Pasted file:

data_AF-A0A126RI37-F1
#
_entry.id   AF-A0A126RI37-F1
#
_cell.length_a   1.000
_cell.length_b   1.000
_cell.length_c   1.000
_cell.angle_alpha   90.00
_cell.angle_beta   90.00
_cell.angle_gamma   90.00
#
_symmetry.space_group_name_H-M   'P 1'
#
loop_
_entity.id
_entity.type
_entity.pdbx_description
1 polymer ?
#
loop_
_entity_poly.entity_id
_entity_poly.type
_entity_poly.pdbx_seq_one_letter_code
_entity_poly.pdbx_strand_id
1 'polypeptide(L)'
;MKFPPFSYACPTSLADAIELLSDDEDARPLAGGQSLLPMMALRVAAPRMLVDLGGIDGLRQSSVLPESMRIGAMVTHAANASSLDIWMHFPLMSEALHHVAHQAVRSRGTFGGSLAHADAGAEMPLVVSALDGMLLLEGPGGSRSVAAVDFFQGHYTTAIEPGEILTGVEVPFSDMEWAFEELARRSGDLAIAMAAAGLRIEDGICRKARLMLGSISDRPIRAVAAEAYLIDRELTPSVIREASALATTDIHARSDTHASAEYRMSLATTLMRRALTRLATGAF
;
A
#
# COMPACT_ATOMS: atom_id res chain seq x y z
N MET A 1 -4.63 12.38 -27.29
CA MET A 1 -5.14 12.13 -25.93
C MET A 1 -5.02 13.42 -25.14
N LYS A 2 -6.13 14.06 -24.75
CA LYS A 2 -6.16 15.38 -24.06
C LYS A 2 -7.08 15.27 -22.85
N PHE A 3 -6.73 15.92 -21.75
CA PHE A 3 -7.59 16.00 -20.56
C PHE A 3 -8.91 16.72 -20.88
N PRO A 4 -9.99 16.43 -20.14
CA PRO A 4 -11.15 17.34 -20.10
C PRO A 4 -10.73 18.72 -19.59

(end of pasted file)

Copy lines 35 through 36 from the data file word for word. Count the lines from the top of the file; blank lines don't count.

CA LYS A 2 -6.16 15.38 -24.06
C LYS A 2 -7.08 15.27 -22.85